Why did the Session find Elder Kinnaird guilty? This is a question difficult to answer. Perhaps the 6th listed of the attachments to the Appeal to the Presbytery, being a letter filing procedural objections with the Trial Judicatory, together with Papers Nos. 2 and 3 distributed today, respectively Mr. Tyson’s response to and Mr. Kinnaird’s interreaction with the trial Judicatory’s paper “REASONS for verdict of 1/25/03”, will suggest the answer. One thing we note is a whole new theological view creeping into the church. It is this idea that Christians are not changed in their basic nature from sinful to righteous as a part of their deliverance from sin and damnation. Clearly this is the position of the author of the letter of 6/22/02 referred to above. It is also the position seemingly espoused by the five members of the trial judicatory in their REASONS report. They say it is only “as if” we became really and personally righteous. They say the “redemption applied” part of our salvation does nothing for us to qualify us for the Kingdom of Heaven. Others in the Presbytery have also voiced this view. Would it follow from this position that regeneration does nothing to make us alive and to give us a new heart, justification does nothing to make us forgiven, sanctification does nothing to make us righteous, glorification does nothing to crown us with righteousness and incorruptibility? Does not this view fly full in the face of the teachings of our creeds and of the Scripture? Christ said, “Blessed are they who hunger and thirst after righteousness, for they shall be filled.” Did He mean, it will be as if they were filled?
William Hendricksen, in his commentary, writing on Matthew 22:1-14, says:
"The question is asked, 'Just what is meant by the wedding robe, apart from which everlasting blessedness is impossible?' Passages illustrating the figurative use of a robe or garment are found in both the Old and the New Testament... The charge to put on such a robe cannot mean that a person should base his hope for salvation on his own goodness or moral fitness, for this would be contrary to all of Scripture's teaching. Does this mean, then, that the wedding garment is to be limited to 'the imputed righteousness which is ours by faith'? (cf. Lenski, op.cit., p.834) Not at all. God not only imputes but also imparts righteousness to the sinner whom he pleases to save. Although these two must be distinguished, they must not be separated. Careful study of those passages in Scripture that mention the robe with which the sinner must be clothed makes it clear that not only guilt must be forgiven but also the old way of life must be laid aside and the new life to the glory of God must take its place. Briefly, the sinner must, by God's grace, ‘put on Christ’. (Gal 3:27) There must be a complete turnabout, a thorough-going renewal or ‘conversion’, exactly as Jesus himself had taught (Matt 4:17), and as the apostles after him were going to teach.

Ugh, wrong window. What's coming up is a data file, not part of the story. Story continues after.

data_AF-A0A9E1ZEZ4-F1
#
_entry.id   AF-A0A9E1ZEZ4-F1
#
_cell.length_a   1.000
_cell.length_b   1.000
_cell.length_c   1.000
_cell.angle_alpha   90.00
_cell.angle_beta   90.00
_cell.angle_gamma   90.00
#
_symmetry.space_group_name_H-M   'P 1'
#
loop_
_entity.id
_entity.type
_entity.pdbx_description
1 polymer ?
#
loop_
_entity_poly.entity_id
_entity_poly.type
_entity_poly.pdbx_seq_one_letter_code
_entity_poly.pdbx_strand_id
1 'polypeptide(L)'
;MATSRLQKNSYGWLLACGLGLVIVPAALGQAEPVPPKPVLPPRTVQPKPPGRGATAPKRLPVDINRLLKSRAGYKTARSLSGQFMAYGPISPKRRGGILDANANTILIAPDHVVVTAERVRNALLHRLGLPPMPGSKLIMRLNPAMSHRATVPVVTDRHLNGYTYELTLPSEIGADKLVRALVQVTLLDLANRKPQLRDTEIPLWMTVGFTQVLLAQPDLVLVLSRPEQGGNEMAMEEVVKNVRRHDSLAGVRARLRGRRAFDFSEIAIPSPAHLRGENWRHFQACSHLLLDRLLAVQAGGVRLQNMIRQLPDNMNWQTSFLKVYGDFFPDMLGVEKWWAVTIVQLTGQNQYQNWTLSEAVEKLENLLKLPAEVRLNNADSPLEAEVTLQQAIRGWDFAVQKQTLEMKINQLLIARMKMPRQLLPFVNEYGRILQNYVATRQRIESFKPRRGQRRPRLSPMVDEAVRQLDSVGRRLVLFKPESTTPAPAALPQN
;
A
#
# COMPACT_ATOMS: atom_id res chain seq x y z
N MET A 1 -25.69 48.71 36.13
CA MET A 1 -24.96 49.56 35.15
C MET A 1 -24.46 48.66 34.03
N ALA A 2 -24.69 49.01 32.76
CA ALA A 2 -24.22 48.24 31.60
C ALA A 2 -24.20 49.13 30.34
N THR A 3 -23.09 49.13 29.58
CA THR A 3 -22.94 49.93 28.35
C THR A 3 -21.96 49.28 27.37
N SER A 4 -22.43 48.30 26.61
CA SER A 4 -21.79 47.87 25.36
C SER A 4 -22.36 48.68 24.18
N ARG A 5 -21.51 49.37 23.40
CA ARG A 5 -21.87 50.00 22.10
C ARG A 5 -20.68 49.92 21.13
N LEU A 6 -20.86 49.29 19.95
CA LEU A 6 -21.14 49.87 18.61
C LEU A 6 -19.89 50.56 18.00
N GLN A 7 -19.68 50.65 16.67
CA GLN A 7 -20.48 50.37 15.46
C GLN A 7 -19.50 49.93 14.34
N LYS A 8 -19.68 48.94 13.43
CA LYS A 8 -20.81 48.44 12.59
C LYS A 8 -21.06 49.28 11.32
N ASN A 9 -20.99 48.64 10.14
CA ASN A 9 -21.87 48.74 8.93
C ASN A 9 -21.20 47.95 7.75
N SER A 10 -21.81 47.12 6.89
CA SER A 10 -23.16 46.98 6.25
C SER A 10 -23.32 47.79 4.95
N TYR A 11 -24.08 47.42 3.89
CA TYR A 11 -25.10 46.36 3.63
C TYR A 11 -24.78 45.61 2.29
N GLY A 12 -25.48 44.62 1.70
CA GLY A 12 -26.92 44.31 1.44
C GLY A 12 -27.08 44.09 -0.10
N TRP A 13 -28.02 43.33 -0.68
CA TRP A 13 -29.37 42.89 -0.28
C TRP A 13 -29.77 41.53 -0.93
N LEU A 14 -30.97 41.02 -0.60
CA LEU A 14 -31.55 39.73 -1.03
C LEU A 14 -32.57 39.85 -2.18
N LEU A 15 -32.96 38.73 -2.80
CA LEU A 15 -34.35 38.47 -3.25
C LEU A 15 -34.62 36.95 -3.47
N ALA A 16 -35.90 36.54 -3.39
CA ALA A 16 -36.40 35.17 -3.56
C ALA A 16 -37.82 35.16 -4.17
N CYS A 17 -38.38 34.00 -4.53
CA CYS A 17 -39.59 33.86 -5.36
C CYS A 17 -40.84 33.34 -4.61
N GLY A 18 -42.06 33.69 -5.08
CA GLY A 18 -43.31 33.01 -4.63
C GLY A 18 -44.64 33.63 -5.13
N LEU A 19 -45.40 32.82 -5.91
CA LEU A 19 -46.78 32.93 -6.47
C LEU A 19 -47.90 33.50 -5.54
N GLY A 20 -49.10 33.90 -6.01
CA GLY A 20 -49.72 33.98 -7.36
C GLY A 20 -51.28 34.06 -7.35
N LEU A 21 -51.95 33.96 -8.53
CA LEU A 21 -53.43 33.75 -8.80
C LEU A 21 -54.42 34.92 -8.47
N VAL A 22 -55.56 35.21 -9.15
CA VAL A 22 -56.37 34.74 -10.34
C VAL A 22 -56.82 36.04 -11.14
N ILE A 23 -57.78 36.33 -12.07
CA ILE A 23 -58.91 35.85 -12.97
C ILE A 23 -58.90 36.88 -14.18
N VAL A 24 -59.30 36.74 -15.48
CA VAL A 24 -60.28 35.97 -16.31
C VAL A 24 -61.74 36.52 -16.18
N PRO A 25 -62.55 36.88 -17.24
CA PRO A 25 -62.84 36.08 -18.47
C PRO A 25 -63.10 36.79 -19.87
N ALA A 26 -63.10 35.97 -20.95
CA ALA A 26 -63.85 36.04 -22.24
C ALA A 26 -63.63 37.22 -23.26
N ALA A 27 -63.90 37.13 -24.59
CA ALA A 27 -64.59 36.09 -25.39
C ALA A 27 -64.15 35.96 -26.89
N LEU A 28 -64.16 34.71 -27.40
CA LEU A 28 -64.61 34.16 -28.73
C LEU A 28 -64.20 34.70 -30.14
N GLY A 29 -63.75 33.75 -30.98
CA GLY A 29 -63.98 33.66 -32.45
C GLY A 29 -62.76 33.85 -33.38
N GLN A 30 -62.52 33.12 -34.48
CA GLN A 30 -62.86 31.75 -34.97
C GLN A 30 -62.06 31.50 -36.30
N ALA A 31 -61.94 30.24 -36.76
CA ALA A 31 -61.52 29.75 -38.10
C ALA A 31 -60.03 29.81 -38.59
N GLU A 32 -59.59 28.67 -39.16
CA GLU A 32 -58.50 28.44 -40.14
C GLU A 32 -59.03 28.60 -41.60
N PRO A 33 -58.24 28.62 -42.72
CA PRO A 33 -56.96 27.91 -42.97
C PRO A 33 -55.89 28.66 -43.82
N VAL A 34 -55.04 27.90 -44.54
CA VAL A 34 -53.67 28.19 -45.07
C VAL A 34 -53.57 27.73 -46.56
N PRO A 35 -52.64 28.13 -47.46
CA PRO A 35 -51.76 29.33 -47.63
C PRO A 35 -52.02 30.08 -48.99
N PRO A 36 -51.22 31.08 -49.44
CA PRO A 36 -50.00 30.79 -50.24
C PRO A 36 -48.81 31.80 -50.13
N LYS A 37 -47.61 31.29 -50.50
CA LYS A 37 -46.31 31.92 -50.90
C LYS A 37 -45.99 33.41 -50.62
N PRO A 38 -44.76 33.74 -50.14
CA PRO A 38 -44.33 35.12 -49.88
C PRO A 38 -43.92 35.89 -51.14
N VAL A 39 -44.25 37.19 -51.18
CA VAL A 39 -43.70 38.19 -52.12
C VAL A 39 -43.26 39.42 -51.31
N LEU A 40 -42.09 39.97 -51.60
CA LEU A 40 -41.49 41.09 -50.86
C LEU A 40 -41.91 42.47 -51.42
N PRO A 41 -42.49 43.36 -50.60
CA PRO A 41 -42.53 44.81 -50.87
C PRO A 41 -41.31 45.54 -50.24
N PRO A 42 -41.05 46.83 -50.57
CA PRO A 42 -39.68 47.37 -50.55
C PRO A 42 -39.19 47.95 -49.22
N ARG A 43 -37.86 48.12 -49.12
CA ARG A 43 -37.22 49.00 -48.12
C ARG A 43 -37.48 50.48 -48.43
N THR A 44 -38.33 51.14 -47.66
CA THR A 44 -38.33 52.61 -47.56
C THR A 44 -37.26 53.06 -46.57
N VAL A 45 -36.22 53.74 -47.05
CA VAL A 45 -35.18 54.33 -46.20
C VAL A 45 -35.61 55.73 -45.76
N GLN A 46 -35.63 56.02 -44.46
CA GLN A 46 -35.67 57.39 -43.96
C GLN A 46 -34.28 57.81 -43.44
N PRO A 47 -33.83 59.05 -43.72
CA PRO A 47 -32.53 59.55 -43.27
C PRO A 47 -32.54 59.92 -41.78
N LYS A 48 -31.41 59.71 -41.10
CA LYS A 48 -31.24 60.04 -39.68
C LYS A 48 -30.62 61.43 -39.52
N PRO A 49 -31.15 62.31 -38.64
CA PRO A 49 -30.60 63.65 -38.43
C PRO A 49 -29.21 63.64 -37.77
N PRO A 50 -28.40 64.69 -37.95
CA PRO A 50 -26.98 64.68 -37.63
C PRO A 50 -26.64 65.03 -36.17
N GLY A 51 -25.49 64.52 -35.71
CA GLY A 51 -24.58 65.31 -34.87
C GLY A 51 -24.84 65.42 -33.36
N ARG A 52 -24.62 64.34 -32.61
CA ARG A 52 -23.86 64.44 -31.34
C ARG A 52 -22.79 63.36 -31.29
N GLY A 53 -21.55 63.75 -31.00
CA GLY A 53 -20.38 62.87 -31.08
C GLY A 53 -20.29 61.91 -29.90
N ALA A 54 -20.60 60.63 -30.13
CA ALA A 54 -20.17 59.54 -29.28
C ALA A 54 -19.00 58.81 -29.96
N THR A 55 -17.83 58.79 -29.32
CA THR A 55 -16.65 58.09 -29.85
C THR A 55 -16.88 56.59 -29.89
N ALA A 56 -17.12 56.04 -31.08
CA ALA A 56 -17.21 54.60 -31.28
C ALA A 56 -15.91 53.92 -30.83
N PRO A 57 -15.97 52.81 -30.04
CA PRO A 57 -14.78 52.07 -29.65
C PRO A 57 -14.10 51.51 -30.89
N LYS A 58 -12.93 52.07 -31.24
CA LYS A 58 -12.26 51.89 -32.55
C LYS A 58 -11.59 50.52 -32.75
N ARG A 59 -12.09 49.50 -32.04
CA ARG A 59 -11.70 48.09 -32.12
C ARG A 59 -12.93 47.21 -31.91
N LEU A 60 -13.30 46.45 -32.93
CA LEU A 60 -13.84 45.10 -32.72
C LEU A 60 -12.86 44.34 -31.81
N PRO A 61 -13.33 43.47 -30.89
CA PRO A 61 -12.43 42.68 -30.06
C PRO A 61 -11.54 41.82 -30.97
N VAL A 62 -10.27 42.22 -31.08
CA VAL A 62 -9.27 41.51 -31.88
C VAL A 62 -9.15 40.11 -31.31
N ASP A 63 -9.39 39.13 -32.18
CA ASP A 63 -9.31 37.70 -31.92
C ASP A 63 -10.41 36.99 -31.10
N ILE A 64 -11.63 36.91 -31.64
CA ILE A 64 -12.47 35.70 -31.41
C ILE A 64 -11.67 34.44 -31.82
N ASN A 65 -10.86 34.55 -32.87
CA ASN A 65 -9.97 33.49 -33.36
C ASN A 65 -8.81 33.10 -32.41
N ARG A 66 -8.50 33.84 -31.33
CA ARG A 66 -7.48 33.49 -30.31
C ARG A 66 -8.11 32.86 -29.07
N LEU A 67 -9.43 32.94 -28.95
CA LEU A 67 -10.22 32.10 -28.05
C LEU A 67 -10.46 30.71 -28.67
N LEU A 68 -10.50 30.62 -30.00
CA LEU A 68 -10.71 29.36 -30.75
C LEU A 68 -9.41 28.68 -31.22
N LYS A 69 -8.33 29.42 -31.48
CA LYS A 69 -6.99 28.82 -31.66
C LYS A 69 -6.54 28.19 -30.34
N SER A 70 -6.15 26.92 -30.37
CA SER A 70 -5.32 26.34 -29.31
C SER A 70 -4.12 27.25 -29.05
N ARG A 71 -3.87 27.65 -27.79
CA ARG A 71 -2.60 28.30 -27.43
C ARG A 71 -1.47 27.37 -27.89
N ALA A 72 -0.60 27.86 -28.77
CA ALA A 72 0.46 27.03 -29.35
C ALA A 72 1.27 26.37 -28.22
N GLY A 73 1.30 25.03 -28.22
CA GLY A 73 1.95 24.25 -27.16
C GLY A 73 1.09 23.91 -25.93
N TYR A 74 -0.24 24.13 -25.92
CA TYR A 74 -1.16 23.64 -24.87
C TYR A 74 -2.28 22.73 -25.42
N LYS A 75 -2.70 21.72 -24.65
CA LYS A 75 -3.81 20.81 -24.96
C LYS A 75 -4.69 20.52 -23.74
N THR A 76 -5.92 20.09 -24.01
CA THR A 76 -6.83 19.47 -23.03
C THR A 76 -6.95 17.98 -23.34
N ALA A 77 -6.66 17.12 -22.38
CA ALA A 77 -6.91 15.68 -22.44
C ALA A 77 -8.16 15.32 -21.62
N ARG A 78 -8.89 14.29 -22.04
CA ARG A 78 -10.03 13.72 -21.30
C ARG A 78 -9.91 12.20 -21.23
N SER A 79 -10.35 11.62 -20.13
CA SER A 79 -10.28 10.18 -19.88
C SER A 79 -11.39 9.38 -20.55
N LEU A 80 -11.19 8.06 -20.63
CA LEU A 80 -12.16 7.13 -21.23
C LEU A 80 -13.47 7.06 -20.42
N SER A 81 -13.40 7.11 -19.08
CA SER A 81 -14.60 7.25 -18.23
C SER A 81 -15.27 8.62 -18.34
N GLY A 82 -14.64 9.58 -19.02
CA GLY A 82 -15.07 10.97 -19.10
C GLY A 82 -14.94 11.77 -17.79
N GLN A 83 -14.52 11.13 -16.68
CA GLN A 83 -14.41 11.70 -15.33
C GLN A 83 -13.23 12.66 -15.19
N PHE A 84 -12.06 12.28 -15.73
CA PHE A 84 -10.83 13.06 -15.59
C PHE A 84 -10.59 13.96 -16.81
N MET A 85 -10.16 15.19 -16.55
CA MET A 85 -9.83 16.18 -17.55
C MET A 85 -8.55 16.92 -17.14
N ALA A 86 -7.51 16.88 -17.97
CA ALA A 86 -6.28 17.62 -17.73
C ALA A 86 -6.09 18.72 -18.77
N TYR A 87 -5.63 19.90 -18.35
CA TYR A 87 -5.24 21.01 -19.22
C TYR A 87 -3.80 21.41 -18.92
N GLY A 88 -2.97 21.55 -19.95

“The one thought of the parable, then, is this: Accept God's gracious invitation, lest while others enter into glory you be lost. But remember that membership in the visible church does not guarantee salvation. Complete renewal (including both justification and sanctification), the putting on of Christ, is what is necessary."
(William Hendriksen Commentary on Matthew Pages 798-99. Emphases his.)
What the appellant, together with his counsel, do not expect to see is the OPC, acting through the presbytery of Philadelphia, upholding his conviction, especially in the face of his categorical endorsement and teaching of the doctrine set forth in the Standards of the OPC. The Presbytery needs to remember that a decision of one judicatory, if allowed to stand, becomes the decision of the whole Church. Mr. Kinnaird teaches that which Scripture reveals and which our Standards declare. He cannot, and will not, teach otherwise. Neither may the OPC.